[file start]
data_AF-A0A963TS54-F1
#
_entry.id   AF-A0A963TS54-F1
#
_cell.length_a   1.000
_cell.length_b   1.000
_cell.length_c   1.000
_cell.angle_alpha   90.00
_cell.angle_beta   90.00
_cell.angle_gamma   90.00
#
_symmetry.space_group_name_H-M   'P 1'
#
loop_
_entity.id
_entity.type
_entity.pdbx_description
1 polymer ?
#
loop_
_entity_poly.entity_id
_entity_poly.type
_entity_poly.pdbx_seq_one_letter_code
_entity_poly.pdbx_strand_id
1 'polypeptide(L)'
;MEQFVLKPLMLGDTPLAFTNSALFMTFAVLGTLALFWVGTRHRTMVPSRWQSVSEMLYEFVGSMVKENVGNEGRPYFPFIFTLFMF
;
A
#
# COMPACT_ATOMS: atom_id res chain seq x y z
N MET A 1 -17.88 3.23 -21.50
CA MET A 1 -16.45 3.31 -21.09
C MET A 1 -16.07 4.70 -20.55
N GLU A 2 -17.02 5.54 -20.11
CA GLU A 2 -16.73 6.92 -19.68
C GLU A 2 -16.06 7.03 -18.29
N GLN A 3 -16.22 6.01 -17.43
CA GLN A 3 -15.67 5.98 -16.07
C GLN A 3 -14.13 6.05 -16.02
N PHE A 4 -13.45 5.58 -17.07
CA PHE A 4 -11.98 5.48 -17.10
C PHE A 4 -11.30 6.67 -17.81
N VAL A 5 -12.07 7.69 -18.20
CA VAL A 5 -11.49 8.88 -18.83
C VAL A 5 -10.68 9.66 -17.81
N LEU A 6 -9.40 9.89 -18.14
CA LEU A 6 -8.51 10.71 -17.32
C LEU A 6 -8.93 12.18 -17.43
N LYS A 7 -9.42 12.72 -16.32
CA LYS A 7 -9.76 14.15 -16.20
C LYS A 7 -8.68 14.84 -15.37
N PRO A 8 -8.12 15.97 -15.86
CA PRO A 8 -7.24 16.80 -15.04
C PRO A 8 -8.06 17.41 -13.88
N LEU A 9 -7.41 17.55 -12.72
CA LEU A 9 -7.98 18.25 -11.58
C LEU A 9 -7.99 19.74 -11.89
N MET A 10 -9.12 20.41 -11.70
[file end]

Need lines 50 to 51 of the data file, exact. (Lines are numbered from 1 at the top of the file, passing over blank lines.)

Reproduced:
CA LYS A 7 -9.76 14.15 -16.20
C LYS A 7 -8.68 14.84 -15.37